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An International Energy Frontier

Science: U.S. funding for a more modest super collider being built in Europe would help ensure future discoveries.

September 29, 1996|EDWARD WITTEN | Edward Witten is professor of physics at the Institute for Advanced Study in Princeton, N.J

When the superconducting super collider particle accelerator project was canceled three years ago, many physicists worried that it might have a contagious effect on the science policies of other countries. In December 1994, however, a consortium of European countries, making up the European Center for Nuclear Research voted unanimously to approve construction of a European super collider, the Large Hadron Collider, to be built at the center laboratory near Geneva.

A whole new layer of mystery about the fundamental laws of nature that applied to the early history of the universe is likely to dissolve when the Hadron becomes operational in the next decade. Highlights include the possible discovery and exploration of "supersymmetry," a sort of new quantum dimension of space time at which previous experiments have hinted, and the expected discovery of the mysterious "symmetry breaking" mechanism by which elementary particles get their masses. In particular, should supersymmetry be discovered, Hadron experimentalists, including a strong U.S. contingent, will have the challenge of unraveling and interpreting a structure whose richness and novelty has few rivals in the history of science.

The Hadron has a hefty construction price tag of $2.5 billion, still considerably less than the roughly $10 billion that would have been required for the superconducting super collider. The Hadron is cheaper because it will use existing facilities, notably the huge tunnel built for an existing center accelerator, and because the Hadron energy is considerably smaller than was the target of the superconducting super collider. The Hadron will, however, attempt to compensate for the lower energy by a higher "luminosity" (or intensity of the particle beams) than the superconducting super collider was designed for. The physics potential of the Hadron will therefore be competitive, for most purposes, with that of the superconducting super collider.

Achieving the necessary high luminosity and working within the constraints of the existing tunnel make the Hadron in many ways an unusually demanding project technically, even compared with other particle accelerators. Technological frontiers are being pushed back in areas like magnets, high speed electronics, vacuum technology and cryogenics. So far, the project is being kept on schedule and within budget. Hadron cost estimates and timetables have been reviewed favorably by the U.S. Energy Department. Given the pressures on science budgets everywhere, any appreciable cost overrun would very likely endanger continuation of the project.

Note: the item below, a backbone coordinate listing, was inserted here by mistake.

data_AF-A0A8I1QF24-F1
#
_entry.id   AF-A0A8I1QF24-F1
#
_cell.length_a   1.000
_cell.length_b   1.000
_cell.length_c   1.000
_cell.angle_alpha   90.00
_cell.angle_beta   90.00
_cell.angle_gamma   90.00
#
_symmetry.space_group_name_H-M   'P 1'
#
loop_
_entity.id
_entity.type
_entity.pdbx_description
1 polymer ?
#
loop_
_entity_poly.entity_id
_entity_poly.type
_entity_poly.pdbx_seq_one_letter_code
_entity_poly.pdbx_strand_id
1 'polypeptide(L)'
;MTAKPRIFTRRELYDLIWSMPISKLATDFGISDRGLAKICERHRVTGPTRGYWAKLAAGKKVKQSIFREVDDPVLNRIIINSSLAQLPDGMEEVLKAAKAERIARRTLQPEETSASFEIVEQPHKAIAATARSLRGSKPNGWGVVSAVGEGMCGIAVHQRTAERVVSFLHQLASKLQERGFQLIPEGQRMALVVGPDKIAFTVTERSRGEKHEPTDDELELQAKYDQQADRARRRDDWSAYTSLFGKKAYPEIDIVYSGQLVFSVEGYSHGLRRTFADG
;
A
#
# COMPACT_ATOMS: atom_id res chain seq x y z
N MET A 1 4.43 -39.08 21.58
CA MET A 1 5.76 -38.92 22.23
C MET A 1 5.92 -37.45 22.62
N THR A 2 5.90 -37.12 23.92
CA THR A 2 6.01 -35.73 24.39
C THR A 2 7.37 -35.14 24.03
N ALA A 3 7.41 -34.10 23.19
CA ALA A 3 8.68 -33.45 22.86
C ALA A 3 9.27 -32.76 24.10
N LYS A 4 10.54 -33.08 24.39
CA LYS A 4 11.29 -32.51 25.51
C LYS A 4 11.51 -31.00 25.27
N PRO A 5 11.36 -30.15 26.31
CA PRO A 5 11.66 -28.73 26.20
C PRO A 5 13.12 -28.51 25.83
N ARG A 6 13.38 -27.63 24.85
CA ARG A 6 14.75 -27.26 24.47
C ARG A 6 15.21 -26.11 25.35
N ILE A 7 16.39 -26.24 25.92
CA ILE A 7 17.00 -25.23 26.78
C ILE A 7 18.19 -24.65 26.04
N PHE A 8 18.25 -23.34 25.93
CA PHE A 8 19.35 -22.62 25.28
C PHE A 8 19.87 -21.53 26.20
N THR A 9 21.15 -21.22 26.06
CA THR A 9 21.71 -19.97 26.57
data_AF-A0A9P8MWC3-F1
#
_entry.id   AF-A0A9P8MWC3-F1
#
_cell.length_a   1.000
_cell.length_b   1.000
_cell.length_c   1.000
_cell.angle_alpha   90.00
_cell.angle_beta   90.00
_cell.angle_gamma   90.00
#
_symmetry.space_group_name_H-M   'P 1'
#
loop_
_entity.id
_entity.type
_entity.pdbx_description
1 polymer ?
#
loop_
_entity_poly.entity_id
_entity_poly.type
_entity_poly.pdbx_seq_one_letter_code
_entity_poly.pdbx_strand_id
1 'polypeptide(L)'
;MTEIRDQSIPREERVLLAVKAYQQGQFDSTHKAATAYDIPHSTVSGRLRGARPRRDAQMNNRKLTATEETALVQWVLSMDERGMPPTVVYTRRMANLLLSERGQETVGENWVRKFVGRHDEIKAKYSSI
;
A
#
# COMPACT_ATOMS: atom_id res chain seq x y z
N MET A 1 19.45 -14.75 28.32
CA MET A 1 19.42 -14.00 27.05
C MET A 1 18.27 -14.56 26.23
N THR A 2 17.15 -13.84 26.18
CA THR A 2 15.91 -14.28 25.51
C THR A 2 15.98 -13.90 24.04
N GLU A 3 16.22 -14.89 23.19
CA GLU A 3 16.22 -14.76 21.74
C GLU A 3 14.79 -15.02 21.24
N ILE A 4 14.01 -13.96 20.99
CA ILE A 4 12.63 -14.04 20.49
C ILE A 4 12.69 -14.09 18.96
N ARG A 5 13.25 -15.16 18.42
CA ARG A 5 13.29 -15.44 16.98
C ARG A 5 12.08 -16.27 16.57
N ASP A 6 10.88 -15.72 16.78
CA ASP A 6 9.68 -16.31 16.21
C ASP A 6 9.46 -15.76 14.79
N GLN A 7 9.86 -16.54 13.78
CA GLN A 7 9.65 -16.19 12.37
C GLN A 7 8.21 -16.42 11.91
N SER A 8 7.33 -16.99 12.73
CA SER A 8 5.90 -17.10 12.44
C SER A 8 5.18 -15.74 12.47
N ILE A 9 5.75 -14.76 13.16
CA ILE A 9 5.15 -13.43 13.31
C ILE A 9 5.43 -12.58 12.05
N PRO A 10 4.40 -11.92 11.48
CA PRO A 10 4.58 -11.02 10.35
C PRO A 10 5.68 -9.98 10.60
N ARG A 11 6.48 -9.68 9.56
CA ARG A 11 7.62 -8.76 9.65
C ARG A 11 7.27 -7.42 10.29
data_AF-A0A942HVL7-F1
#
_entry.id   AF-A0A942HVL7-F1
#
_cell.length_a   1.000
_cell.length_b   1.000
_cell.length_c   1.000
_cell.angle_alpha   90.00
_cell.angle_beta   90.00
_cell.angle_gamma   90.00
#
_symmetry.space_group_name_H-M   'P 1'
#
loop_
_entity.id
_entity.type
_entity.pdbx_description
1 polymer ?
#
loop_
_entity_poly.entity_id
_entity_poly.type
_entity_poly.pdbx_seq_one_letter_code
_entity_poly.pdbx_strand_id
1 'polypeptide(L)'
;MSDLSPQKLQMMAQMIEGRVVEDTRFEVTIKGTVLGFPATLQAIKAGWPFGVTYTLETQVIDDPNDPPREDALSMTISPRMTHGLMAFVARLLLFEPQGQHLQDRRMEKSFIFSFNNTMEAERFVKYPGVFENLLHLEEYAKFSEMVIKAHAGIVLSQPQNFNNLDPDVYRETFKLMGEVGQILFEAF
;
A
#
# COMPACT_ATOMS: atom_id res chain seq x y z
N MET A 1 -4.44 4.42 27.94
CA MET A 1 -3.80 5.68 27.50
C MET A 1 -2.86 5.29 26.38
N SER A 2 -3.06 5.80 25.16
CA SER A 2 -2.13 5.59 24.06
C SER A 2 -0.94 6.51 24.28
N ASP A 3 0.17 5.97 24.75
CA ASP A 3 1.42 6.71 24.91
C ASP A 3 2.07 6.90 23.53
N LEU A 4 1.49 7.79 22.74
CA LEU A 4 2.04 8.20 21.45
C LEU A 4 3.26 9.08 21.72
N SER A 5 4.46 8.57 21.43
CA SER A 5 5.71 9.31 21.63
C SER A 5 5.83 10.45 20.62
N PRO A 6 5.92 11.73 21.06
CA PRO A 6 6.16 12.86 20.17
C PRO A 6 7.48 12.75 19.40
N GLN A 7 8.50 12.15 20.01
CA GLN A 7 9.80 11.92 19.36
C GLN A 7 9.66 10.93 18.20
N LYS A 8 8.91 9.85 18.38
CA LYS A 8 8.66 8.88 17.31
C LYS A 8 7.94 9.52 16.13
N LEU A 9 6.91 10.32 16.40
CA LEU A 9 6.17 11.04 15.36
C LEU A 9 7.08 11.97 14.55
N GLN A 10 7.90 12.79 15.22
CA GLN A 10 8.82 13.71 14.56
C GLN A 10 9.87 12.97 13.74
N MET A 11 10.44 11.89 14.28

The guaranteed funding from the European countries would permit completion of the Hadron by the year 2008. Stretching out the construction schedule over so many years will delay physics and is wasteful in terms of dollars and cents. Prospects of accelerating the completion of the Hadron depend on making it into a truly worldwide project. So far, Japan, Russia, India, Israel and Canada have pledged contributions. The main remaining question mark is the U.S. role.

Scientifically, the choice seems clear. A U.S. contribution of half a billion dollars or more over the next decade should be the top priority for U.S. high energy physics, even if the funds must be squeezed from other parts of the program. In participating in the Hadron, the U.S. would join a truly exciting project with many technical challenges and a fair chance of really epochal discovery. Participation in this project would enable U.S. laboratories and industry to maintain an enhanced level of technological capability, with benefits for other projects. It also would enable us to recoup much of the superconducting super collider investment in particle detectors, which is largely transferable to the Hadron.

And finally, a lesson that many of us learned from the collapse of the superconducting super collider is crucial here. In the future, big science will have to be international. Because so many components are already in place, because of the comparatively modest contribution sought from the U.S. and because of the fundamental nature of the science involved, the Hadron is a pretty good test case of whether worldwide big science is possible. The U.S. would be poorly placed in future discussions of big science projects if we drop the ball now.

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